On Tuesday November 19, 2019 I left my office and arrived at J. Gilbert's steakhouse in McLean, VA around 6pm. Roger Burdette was the host for our Northern Virginia numismatic social group Nummis Nova. Dave Schenkman had been the first to arrive and I took a seat next to him in the lobby. Eric Schena arrived soon afterward and before long a small group of us was led back to a private room. Others attending included Roger, Steve Bishop, Wayne Herndon, Mike Packard, Jon Radel, and Chris Neuzil. Jonas Denenberg was my guest.
I brought along three recent acquisitions for my numismatic library:
The Coins of Colonial Virginia by Roger A. Moore
Bad Metal: Copper and Nickel Circulating Contemporary Counterfeit United States Coins by Winston Zack
Lost and Found Coin Hoards and Treasures 2nd edition, by Dave Bowers
Book business had been brisk at the recent Baltimore show. David Kahn
sold 60 or 70 copies of Winston's book at the show, and I think Charlie Davis sold out of all the copies of Roger's book he brought to the show.
Dave's Unlisted Explosive Control Tokens
Ever since a flea market find as a kid, I've enjoyed the "Good for One Exploder" and "Good for One Stick Dynamite" type tokens from the U.S. mining industry. Dave Schenkman brought two unlisted explosive control tokens and kindly provided these images.
Consolidation Coal Company Two Detonators
Owl Creek Coal Company One Electric Exploder
Steve Bishop's collecting taste spans a wide range. He provided these photos and descriptions of his recent acquisitions. Thanks!
1757 1 K Overstruck Swedish 1 Ore
The 1757 1 kopeck is one of the few Russian coins that can be found
struck over a coin of another country.
1796 EM 5K Reoverstriking 3
The 1796 5 kopeck reoverstriking is usually found dated 1793.
1880-S Morgan NGC MS65 GSA Flat Pack Toned
Virtually all of the GSA hoard dollars were Carson City. Other mints
were packaged in the soft flat pack
1887 Morgan NGC MS64 Toned
The 1887 Morgan just has amazing blue toning on the reverse
1940 World's Fair Award Medal Prototype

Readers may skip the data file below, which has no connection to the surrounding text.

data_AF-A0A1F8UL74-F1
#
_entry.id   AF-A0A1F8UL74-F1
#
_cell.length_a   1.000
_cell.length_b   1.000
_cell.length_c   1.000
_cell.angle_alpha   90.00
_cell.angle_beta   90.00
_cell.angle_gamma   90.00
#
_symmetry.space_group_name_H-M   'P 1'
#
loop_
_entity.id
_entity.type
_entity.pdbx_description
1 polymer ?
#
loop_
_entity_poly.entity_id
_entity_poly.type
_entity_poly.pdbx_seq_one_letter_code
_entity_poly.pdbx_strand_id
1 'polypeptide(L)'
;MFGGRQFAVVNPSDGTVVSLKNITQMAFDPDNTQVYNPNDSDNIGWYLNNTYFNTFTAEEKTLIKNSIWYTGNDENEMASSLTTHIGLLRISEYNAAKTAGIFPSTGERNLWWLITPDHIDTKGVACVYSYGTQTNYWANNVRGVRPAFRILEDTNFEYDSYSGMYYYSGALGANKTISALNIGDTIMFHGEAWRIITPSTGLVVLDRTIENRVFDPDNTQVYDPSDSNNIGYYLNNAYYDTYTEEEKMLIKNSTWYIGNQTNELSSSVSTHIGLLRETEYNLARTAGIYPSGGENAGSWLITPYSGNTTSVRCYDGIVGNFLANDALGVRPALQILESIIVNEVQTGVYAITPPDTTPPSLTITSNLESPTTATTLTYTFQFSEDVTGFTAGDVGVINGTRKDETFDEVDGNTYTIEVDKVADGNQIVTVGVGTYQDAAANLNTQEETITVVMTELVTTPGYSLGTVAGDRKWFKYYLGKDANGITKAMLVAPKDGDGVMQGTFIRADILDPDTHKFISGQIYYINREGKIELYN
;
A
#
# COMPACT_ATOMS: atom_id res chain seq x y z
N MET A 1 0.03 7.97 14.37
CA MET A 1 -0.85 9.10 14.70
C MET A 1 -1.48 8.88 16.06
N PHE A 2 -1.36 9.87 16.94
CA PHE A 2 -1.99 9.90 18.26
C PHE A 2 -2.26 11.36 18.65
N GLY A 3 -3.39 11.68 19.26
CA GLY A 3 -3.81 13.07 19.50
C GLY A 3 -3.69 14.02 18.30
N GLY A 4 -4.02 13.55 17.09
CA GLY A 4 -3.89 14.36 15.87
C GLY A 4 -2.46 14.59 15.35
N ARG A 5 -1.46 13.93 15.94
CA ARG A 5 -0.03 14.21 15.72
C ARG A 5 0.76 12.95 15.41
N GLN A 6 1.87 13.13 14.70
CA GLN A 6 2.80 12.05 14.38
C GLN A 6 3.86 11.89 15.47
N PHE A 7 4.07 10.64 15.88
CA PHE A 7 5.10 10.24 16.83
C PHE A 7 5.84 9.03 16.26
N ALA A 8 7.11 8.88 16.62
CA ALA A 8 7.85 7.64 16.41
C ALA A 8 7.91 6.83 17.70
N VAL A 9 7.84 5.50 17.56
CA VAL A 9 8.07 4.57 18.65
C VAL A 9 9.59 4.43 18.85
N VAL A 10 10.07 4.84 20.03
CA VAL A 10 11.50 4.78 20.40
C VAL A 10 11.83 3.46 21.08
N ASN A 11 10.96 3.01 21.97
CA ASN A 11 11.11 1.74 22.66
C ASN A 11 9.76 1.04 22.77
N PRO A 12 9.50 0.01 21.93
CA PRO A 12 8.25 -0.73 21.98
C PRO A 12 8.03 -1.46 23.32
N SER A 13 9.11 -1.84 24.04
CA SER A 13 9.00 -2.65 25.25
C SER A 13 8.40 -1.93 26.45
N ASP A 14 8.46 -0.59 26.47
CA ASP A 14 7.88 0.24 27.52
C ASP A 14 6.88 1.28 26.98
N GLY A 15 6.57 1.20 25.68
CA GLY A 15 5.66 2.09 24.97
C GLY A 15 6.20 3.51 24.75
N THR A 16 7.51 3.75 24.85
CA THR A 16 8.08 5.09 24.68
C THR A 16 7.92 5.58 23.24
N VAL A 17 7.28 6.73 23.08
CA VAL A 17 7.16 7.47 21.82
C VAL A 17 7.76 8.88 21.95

The 1940 World's Fair medal is unusual in that the vast majority of
medals awarded were dated 1939 and had a slightly different design.
Very few of the 1940 version were made.
It can be hard to see details and color in restaurant lighting. Photos can really bring out the best in a coin or medal.
We hadn't realized it when planning this meeting, but it was held on the anniversary of Abraham Lincoln's Gettysburg Address. I mentioned this, and Steve began reciting it from memory. In honor of this short but powerful speech, I'll reprint it here.
Four score and seven years ago our fathers brought forth on this continent, a new nation, conceived in Liberty, and dedicated to the proposition that all men are created equal.
Now we are engaged in a great civil war, testing whether that nation, or any nation so conceived and so dedicated, can long endure. We are met on a great battle-field of that war. We have come to dedicate a portion of that field, as a final resting place for those who here gave their lives that that nation might live. It is altogether fitting and proper that we should do this.
But, in a larger sense, we can not dedicate — we can not consecrate — we can not hallow — this ground. The brave men, living and dead, who struggled here, have consecrated it, far above our poor power to add or detract.
The world will little note, nor long remember what we say here, but it can never forget what they did here. It is for us the living, rather, to be dedicated here to the unfinished work which they who fought here have thus far so nobly advanced. It is rather for us to be here dedicated to the great task remaining before us — that from these honored dead we take increased devotion to that cause for which they gave the last full measure of devotion — that we here highly resolve that these dead shall not have died in vain- that this nation, under God, shall have a new birth of freedom — and that government of the people, by the people, for the people, shall not perish from the earth.
The meeting had largely broken up by 9:30. I sat talking for a while with Wayne Herndon and learned some of his numismatic origin story. He was a collector as a kid and one day their postman delivered someone else's copy of Coin World by mistake. He returned it, but kept one of the postcards he found inside and bought his own subscription..
It was another great evening of numismatic fellowship. It's always fun to see fellow collectors, look at some interesting numismatic items, and shoot the breeze about everything within and beyond the world of numismatics. 'Til next time.
Wayne Homren, Editor
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